Synaptic proteins after electroconvulsive stimulation: reversibility and regional differences in the brain

Acta Psychiatr Scand. 1980 Nov;62(5):486-93. doi: 10.1111/j.1600-0447.1980.tb00637.x.


The pattern of changes in brain-specific proteins mainly related to the synapses were studied in rats given electroconvulsive stimuli (ECS). One group was studied after three ECS per week for 4 weeks, another was further allowed a recovery period of 12 weeks. The experimental animals were compared with adequate controls. Brain-specific proteins were analyzed using crossed immunoelectrophoresis. The changes in the protein pattern after 4 weeks of ECS differed in the regions studied and are interpreted as follows: in the hypothalamus the amount of synapses seem to have increased, in the forebrain synaptic remodelling is under way and in the occipital cortex a delay in the neuronal development has been induced. The results further indicate an overall increased preparedness to meet the glycolytic demands accompanying seizure. Following 12 weeks of recovery a partial reversion of the induced changes was observed. The implication of the findings in relation to newer concepts of the working action of electroconvulsive therapy is discussed.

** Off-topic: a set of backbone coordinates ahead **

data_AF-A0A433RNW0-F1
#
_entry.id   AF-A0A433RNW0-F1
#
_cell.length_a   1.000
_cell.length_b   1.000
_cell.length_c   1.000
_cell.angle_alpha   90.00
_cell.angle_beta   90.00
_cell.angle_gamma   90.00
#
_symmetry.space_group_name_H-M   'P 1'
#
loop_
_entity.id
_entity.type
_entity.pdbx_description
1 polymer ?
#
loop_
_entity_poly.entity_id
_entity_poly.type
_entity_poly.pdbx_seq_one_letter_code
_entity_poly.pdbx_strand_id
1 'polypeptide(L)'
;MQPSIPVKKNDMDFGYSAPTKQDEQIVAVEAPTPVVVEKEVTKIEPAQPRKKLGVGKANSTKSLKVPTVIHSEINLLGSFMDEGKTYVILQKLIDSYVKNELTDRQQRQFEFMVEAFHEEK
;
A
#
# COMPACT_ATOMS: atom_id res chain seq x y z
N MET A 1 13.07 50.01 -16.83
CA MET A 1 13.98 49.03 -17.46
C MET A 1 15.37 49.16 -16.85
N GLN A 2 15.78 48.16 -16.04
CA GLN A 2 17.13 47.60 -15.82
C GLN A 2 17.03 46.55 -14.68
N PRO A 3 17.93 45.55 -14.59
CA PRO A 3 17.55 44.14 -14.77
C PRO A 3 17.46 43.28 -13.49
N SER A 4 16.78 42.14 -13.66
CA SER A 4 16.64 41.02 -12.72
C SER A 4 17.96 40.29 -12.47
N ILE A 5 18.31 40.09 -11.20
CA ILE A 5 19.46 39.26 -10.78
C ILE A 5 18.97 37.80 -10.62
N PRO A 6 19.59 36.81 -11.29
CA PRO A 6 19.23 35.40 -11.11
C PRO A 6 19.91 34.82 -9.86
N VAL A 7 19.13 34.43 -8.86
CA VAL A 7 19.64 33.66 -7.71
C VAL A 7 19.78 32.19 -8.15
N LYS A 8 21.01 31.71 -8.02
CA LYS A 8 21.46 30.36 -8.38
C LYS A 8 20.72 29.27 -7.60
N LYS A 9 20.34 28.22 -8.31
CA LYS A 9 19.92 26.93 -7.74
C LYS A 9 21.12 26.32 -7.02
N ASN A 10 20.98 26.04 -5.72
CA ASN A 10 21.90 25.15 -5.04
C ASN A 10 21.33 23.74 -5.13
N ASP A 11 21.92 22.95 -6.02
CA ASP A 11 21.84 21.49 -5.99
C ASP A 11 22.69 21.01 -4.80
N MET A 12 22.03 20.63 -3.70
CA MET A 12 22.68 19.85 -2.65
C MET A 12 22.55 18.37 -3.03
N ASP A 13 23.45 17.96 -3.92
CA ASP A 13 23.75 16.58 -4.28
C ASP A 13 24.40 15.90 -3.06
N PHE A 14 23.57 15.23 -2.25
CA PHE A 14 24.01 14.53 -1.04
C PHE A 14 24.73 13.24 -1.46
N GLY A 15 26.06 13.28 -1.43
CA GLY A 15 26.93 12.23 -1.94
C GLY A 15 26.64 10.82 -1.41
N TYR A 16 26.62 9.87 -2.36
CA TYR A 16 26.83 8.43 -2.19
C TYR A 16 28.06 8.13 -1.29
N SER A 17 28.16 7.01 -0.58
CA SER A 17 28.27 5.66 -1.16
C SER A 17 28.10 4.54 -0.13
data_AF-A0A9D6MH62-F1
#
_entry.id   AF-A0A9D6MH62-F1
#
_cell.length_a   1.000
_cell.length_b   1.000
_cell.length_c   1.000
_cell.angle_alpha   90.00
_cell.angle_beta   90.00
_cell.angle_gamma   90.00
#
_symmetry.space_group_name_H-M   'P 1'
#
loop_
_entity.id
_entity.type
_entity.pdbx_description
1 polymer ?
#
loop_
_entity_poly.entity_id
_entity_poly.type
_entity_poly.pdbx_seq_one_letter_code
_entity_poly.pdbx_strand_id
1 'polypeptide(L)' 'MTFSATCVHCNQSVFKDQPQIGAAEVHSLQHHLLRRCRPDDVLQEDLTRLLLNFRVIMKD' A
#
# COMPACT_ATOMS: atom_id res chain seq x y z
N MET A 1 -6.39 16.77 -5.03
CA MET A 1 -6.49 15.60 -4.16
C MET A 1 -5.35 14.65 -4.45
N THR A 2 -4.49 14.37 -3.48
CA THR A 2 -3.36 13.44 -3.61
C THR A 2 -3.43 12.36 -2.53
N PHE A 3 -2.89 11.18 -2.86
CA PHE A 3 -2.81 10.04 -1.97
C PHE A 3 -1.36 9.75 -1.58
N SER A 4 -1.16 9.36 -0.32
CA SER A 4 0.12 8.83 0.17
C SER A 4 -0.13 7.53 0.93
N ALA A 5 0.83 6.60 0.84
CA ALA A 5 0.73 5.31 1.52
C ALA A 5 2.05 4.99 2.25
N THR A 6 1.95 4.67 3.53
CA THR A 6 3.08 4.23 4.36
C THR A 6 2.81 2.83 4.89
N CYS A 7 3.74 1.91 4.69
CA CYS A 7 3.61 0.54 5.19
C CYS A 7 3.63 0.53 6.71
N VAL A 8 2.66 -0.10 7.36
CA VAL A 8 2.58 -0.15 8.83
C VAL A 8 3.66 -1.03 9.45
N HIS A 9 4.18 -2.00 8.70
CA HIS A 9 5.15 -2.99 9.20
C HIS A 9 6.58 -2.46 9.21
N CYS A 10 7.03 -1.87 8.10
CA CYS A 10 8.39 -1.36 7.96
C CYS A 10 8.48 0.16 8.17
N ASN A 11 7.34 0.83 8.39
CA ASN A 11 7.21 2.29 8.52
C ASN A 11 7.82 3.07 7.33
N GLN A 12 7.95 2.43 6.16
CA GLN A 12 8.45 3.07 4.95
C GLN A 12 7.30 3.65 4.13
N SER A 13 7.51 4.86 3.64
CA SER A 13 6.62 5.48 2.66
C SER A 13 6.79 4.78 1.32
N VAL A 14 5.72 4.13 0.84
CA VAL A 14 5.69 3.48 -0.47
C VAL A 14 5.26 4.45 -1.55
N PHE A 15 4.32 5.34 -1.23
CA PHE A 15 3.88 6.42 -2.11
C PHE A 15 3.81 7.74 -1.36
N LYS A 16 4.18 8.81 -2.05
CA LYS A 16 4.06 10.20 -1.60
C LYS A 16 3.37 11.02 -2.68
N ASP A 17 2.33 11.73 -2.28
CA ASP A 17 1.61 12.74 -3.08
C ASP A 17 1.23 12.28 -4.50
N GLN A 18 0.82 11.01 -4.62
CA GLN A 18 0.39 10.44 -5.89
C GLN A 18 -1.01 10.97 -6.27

Publication types

  • Research Support, Non-U.S. Gov't

MeSH terms

  • Animals
  • Brain / metabolism*
  • Electroshock*
  • Nerve Tissue Proteins / metabolism*
  • Rats
  • Synaptic Membranes / metabolism*
  • Time Factors


  • Nerve Tissue Proteins